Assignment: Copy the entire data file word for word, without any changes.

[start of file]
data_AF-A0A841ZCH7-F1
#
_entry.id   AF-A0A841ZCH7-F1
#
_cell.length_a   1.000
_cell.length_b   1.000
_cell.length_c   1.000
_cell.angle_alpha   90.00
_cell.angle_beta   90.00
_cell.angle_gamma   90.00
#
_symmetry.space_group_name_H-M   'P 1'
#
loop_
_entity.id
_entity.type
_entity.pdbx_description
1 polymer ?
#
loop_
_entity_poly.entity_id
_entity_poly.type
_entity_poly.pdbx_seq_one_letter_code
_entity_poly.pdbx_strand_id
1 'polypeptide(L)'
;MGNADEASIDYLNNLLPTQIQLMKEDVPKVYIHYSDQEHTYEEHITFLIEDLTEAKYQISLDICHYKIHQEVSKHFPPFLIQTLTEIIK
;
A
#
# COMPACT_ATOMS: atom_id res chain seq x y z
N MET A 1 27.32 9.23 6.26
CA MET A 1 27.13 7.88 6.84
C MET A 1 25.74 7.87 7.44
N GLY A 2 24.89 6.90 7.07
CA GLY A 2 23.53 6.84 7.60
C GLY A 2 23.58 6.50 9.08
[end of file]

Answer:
data_AF-A0A841ZCH7-F1
#
_entry.id   AF-A0A841ZCH7-F1
#
_cell.length_a   1.000
_cell.length_b   1.000
_cell.length_c   1.000
_cell.angle_alpha   90.00
_cell.angle_beta   90.00
_cell.angle_gamma   90.00
#
_symmetry.space_group_name_H-M   'P 1'
#
loop_
_entity.id
_entity.type
_entity.pdbx_description
1 polymer ?
#
loop_
_entity_poly.entity_id
_entity_poly.type
_entity_poly.pdbx_seq_one_letter_code
_entity_poly.pdbx_strand_id
1 'polypeptide(L)'
;MGNADEASIDYLNNLLPTQIQLMKEDVPKVYIHYSDQEHTYEEHITFLIEDLTEAKYQISLDICHYKIHQEVSKHFPPFLIQTLTEIIK
;
A
#
# COMPACT_ATOMS: atom_id res chain seq x y z
N MET A 1 27.32 9.23 6.26
CA MET A 1 27.13 7.88 6.84
C MET A 1 25.74 7.87 7.44
N GLY A 2 24.89 6.90 7.07
CA GLY A 2 23.53 6.84 7.60
C GLY A 2 23.58 6.50 9.08